I have been waiting for the opportunity to taste the Empurau since I first blogged about Zai Shun last year. While I was enjoying his “Sultan” fish, the boss told me that there was an even more exquisite, more expensive, more tok kong, more legendary fish that comes from rivers of Malaysia — The Empurau (tor tambroides) aka Malayan Mahseer aka Kelah. But it was the Taiwanese who first ate the fish and give it its most famous name, 忘不了 (unforgettable).
So after a year of patient waiting, I got a call from the boss of Zai Shun that he has finally managed to get his hands on some wild caught red Empurau from Sabah. These were caught by the local fishermen and immediately gutted, frozen and air flown to Singapore.
The last time I checked, live Empurau that was selling at Majestic Bay Seafood Restaurant at $780 per kg. These were, of course, the price for live fish rather than frozen. Usually live fish that are kept in tanks are of the farmed variety rather than wild caught. Wild fish do not tend to keep very long in tanks and with a fish as expensive as the Empurau, not many restaurant owners would want to take the risk of keeping a wild Empurau knowing that they would suffer a huge loss if it dies before the customer orders it. So, I expect that if you do see live Empurau, they are more likely to be the farmed variety. The frozen fish is properly thawed out by keeping them on ice overnight in a foam box. The key to keeping the quality of the fish at its optimum is a quick freeze and a slow thaw. This is in fact what happens with most of the salmon that we eat at the sushi bar.
So, I guess what you all want to know is whether the 忘不了 really lives up to its name, right?
Let me just say that when the freshly steamed fish hit the table, I went straight for the belly of the fish and I can still remember the flavour of it till this day. I would say that it ranks right up there with my top 10 most memorable taste experiences, right next to the first time I ate Otoro. The sweetness of the flesh and its unique flavour is very distinct. Its natural diet of palm fruits falling along the banks of the river makes its flesh very sweet and velverty smooth. Even both my kids and my son in particular, who usually shun eating fish were asking for 2nd and 3rd helpings! 4.75/5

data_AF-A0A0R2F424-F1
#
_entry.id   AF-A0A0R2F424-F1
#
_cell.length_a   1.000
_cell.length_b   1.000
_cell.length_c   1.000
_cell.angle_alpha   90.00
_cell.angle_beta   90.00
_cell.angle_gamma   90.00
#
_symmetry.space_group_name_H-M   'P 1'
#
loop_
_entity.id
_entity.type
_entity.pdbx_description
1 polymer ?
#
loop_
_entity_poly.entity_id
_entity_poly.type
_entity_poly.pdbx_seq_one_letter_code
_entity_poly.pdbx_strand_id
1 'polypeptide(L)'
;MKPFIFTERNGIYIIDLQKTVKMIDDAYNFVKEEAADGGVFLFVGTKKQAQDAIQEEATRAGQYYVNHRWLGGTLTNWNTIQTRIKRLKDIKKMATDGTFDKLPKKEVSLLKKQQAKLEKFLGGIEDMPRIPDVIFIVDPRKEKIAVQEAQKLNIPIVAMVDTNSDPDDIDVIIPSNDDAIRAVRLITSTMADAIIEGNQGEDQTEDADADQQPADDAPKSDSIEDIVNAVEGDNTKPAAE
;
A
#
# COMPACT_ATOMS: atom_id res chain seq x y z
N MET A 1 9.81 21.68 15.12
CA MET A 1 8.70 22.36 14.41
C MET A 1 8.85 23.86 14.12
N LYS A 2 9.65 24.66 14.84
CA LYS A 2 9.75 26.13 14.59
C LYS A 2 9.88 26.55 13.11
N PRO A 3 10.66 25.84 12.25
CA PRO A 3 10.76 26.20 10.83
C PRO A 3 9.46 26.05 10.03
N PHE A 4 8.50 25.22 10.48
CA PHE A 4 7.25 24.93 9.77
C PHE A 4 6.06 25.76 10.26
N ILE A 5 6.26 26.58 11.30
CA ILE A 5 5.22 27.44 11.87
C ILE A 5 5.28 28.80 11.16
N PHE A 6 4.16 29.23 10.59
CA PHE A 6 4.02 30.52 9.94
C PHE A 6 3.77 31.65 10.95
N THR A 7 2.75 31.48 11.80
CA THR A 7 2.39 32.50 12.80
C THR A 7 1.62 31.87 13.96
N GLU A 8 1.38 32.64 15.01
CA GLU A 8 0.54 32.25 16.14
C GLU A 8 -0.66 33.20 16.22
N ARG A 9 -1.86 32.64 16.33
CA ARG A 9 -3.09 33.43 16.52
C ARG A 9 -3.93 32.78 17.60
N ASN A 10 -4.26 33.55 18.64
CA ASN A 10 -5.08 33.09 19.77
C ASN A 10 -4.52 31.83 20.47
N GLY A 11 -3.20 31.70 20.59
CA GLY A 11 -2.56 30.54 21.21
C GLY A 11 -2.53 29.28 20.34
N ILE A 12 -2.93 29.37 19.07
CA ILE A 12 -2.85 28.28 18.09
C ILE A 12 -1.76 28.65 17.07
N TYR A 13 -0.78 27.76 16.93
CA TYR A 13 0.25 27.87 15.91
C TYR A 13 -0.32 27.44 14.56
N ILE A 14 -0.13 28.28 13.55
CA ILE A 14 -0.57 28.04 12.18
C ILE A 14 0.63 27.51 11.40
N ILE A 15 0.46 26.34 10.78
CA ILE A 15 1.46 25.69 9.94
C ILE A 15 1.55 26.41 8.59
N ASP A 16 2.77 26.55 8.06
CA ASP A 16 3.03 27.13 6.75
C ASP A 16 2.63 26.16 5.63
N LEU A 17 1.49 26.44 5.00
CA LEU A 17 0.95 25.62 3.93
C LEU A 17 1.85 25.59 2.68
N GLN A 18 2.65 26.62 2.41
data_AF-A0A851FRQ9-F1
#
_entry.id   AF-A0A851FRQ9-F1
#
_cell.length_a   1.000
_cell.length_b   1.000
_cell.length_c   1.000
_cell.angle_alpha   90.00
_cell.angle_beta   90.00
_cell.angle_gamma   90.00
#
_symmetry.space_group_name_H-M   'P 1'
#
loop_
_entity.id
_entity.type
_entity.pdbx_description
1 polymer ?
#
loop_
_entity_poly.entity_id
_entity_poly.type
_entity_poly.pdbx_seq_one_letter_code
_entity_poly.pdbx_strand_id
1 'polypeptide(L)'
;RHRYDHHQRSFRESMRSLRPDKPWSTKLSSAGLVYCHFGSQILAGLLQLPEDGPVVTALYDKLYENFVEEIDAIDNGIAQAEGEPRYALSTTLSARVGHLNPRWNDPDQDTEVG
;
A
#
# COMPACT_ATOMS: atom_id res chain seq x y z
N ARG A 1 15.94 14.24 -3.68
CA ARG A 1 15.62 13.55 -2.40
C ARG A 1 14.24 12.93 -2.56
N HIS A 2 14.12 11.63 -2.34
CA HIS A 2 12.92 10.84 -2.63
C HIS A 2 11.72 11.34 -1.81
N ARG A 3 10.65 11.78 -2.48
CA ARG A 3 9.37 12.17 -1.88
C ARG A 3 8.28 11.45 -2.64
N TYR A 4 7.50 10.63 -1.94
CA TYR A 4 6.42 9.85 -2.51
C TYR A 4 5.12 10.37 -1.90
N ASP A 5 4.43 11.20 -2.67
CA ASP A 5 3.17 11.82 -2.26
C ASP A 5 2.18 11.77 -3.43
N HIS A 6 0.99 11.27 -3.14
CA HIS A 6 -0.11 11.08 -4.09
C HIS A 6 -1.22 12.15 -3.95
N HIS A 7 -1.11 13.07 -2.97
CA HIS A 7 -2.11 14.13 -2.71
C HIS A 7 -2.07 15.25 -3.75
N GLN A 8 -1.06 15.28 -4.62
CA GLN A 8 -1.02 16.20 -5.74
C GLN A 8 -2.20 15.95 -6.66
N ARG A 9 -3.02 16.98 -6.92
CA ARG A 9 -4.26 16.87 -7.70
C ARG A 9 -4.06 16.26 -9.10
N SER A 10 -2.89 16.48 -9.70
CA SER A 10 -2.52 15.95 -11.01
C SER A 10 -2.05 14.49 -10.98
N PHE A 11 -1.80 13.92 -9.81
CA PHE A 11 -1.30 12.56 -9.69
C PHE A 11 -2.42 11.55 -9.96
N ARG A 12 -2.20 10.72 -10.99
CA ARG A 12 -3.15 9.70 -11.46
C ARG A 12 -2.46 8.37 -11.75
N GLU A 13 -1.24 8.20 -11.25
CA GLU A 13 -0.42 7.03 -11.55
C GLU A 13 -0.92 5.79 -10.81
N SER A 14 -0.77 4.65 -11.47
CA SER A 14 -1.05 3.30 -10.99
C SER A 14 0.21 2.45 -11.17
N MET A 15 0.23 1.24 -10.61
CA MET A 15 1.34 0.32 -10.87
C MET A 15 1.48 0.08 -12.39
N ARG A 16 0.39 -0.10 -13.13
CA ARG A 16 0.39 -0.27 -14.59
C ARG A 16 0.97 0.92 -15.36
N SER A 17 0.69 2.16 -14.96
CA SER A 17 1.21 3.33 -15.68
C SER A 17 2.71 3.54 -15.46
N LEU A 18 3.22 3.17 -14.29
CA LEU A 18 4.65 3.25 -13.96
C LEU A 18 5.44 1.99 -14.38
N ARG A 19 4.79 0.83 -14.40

You have probably heard the people say that the scales of the Empurau are edible. Well, it turns out that they really are. However, I think that people eat the scales because of the fact that this fish is so expensive that you really don’t want to waste any of it. I tried a few of them and they tastes like the plastic wrapper which got stuck to your melted lollypop.
Although the Empurau is a fresh water fish, you don’t get that muddy taste that you sometimes get with freshwater fish like tilapia. The flavour of the flesh is distinct from salt water fish as is the texture which tends to be softer and less bouncy. It’s more akin to Sea Bass which live in brackish waters rather than the springy flesh of a Red Spotted Garoupa. The fish is rather bony and has these very distinct Y shaped bones which are thin and soft. So this is a fish that you tend to savour slowly. It is a very oily fish and although the oil is concentrated in the belly area the rest of the fish is also quite smooth to the palate. But the belly is by far the sweetest and the most 忘不了part.
The Empurau really does live up to its name. I can’t see myself ever ordering a live Empurau at $780/kg, but this frozen one which costs $180/kg is well within reach especially if you are sharing with a group of friends. The taste is similar to the Lampam ($120/kg) which I ate at Zai Shun last year and I honestly cannot tell you how they compare unless I have the opportunity to eat them side by side. I can say though, that my first bite of the Empurau did leave me with a much deeper impression than that of the Lampam.
Empurau may not be available all the time, so if you are intending to visit Zai Shun specially for this fish, you should call first to check for availability.
Zai Shun Curry Fish Head